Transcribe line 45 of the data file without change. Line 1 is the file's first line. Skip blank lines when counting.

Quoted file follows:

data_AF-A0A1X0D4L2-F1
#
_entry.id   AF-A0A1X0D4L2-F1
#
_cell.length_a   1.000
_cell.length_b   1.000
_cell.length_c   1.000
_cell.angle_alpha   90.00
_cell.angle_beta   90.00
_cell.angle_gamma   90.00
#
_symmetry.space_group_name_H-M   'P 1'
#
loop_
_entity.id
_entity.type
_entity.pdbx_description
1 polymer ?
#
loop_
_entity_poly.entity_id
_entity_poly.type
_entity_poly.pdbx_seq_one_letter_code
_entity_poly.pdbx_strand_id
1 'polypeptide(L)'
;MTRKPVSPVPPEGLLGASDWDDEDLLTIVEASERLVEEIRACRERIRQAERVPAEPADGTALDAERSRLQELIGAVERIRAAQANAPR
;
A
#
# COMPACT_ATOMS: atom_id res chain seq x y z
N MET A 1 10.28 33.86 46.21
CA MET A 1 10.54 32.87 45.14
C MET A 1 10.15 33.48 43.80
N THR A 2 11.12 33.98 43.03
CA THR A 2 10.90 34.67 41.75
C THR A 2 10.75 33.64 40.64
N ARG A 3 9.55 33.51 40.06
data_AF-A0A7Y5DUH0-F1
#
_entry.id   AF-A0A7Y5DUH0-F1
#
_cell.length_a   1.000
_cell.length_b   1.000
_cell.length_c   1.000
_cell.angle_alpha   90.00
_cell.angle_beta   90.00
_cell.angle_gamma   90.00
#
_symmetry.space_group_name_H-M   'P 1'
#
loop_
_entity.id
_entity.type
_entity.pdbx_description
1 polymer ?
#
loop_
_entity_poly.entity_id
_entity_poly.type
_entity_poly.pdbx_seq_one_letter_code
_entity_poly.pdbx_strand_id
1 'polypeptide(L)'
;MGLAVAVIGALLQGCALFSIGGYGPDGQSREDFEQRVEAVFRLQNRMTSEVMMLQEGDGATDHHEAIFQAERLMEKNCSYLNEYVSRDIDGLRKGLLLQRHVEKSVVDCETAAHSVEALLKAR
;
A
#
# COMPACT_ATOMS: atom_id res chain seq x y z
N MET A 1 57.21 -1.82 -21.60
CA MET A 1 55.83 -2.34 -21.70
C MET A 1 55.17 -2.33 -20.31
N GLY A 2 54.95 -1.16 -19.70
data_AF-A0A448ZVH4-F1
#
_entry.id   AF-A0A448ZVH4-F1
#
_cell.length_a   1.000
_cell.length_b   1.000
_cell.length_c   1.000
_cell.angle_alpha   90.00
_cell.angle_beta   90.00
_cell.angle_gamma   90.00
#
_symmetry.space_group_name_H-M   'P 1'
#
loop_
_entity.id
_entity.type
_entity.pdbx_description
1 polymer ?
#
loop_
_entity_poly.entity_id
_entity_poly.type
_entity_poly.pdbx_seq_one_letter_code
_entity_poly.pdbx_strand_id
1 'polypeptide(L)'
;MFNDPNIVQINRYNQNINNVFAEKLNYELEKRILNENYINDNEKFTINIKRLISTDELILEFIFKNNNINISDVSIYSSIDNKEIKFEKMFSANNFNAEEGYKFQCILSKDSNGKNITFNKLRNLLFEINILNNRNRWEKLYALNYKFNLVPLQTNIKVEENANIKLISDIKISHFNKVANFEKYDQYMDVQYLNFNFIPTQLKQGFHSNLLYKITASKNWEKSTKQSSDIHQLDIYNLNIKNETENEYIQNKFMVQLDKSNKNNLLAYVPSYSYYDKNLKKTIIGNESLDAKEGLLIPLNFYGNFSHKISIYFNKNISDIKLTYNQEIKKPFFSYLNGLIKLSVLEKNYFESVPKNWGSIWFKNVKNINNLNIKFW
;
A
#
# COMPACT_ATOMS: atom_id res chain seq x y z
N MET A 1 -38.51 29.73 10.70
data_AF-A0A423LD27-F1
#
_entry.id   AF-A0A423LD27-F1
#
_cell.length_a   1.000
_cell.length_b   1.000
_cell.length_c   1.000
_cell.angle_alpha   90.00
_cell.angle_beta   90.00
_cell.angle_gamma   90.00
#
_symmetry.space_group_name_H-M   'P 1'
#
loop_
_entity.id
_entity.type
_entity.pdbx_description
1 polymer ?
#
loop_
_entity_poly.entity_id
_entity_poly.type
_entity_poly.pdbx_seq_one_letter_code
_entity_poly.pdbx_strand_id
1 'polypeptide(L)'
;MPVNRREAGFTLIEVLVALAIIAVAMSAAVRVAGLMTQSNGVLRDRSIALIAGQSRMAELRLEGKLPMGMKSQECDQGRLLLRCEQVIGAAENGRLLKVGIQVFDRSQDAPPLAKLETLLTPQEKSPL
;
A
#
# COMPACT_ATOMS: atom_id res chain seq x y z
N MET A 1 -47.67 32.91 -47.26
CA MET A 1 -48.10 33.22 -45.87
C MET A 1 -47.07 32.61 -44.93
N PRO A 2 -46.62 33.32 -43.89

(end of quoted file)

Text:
_cell.angle_alpha   90.00